The Damaging Effects Of Bulimia On Our Teeth

Bulimia is an eating disorder which can affect anybody but is most common amongst females, especially younger women. The condition seems to be primarily psychological in origin and associated with a person’s dissatisfaction with their own body image.

A person’s physical appearance can have a profound adverse effect on their self-confidence, if they think they look too different from other people in one way or another. Someone who is very short, very obese, or even has a face full of freckles may feel socially disadvantaged and even of less value as a person, although perhaps at a less than conscious level.

In the case of bulimia it seems that commonly a person tries to keep their weight down by severely restricting their food intake, but the person is unable to maintain a constant restriction on calorie intake and often resorts to binging on food and then tries to compensate or atone for that by making themselves vomit.

Dental erosion front teeth

Severe erosion like this would be typical in Bulimic patients.

Apart from the social and psychological problems associated with this behavior it can have a devastating effect on the teeth, because the stomach contents which are brought up into the mouth are acidic and cause erosion of the teeth. Tooth enamel, (the outer covering layer of a tooth), is a crystalline form of calcium phosphate and this will soften and dissolve in acid, so that if a person vomits frequently there is likely to be gradual loss of tooth enamel involving many teeth.

If you do not have the problem yourself, but are worried about someone you know… The bulimic person may tend to be self-deprecatory, shy, lacking in self-confidence or even depressed. The signs of a bulimic tendency can be frequent bathroom visits, visible face flushing, and sometimes marks on the knuckles due to attempts to induce being sick.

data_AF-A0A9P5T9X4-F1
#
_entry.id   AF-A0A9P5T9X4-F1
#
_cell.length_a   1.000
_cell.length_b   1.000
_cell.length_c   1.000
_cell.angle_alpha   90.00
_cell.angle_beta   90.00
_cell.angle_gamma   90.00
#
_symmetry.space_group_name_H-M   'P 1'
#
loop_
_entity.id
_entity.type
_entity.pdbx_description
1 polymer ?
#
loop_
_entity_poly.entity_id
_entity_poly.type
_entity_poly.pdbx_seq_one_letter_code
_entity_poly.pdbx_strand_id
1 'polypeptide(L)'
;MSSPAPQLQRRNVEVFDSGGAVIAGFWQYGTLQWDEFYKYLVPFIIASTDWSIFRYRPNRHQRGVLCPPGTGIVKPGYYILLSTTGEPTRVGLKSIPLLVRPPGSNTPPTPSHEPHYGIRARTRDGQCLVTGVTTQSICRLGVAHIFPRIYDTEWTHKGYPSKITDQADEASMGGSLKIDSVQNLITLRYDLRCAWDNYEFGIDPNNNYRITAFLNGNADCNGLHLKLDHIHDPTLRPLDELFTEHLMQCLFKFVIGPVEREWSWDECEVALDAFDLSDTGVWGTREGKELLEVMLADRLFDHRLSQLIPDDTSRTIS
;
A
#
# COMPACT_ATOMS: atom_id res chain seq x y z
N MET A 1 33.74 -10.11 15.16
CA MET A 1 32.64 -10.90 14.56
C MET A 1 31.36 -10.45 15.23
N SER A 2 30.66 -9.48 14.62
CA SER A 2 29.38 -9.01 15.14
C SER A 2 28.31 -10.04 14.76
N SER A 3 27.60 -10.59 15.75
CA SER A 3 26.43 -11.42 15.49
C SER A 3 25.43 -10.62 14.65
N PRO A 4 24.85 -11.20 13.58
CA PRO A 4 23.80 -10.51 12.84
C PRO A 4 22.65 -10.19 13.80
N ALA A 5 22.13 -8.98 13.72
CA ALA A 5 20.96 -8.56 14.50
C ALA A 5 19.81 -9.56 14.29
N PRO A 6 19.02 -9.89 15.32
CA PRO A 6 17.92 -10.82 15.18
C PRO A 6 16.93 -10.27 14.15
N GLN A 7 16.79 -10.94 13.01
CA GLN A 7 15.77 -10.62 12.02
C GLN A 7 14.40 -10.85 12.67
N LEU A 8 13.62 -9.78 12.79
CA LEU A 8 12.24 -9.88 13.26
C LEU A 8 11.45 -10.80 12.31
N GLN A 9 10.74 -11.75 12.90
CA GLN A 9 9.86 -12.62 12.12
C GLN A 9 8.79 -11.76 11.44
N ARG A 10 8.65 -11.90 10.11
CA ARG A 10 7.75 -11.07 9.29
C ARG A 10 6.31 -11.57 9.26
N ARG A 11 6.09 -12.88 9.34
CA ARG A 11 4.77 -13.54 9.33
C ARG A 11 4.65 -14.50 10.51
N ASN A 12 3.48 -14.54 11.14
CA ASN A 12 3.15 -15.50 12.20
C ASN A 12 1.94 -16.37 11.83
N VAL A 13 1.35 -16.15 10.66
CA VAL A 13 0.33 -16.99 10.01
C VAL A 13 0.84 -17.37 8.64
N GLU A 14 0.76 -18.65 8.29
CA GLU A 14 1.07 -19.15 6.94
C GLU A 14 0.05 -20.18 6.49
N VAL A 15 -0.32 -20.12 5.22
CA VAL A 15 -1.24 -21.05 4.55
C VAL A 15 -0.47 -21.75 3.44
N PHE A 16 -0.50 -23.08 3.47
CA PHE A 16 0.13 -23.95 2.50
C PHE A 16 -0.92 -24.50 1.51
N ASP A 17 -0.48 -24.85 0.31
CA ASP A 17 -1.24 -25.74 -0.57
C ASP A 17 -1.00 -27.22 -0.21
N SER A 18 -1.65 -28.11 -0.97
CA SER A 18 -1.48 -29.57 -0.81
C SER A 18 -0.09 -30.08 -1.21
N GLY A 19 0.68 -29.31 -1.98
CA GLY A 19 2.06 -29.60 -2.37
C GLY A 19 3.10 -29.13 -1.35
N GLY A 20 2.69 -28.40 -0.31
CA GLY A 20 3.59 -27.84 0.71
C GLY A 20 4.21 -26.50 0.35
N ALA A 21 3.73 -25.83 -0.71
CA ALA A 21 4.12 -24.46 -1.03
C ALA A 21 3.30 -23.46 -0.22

The effects on the teeth

A persistent bulimic habit is likely to cause irreversible damage to the teeth from acid erosion, compounded eventually by actual physical breakdown of parts of teeth when they become overly weakened. The forces transmitted through teeth can be extraordinarily high when biting or chewing certain kinds of foods, and a tooth with a lot of its substance missing may give way under the strain. Inevitably this kind of damage can lead to expensive dental bills for restorative treatment; although there is little point in embarking on treatment until the bulimia is under control.

In addition to the mechanical problems caused by physical loss of tooth substance there are likely to be problems due to sensitivity of teeth as the enamel layer is thinned. The underlying more sensitive dentin of teeth is exposed where enamel has been lost and a person may find it difficult to eat ice-cream or drink cold beverages without feeling a sharp pain, and this can cause a lot of day-to-day misery. The actual amount of sensitivity experienced does, to a degree, depend on the rate of enamel loss. Where the rate of loss is slower, the pulp of the tooth may insulate itself from the outside. This can result in less pain. So do not assume that there is no underlying issue – just because you are not having symptoms of sensitivity.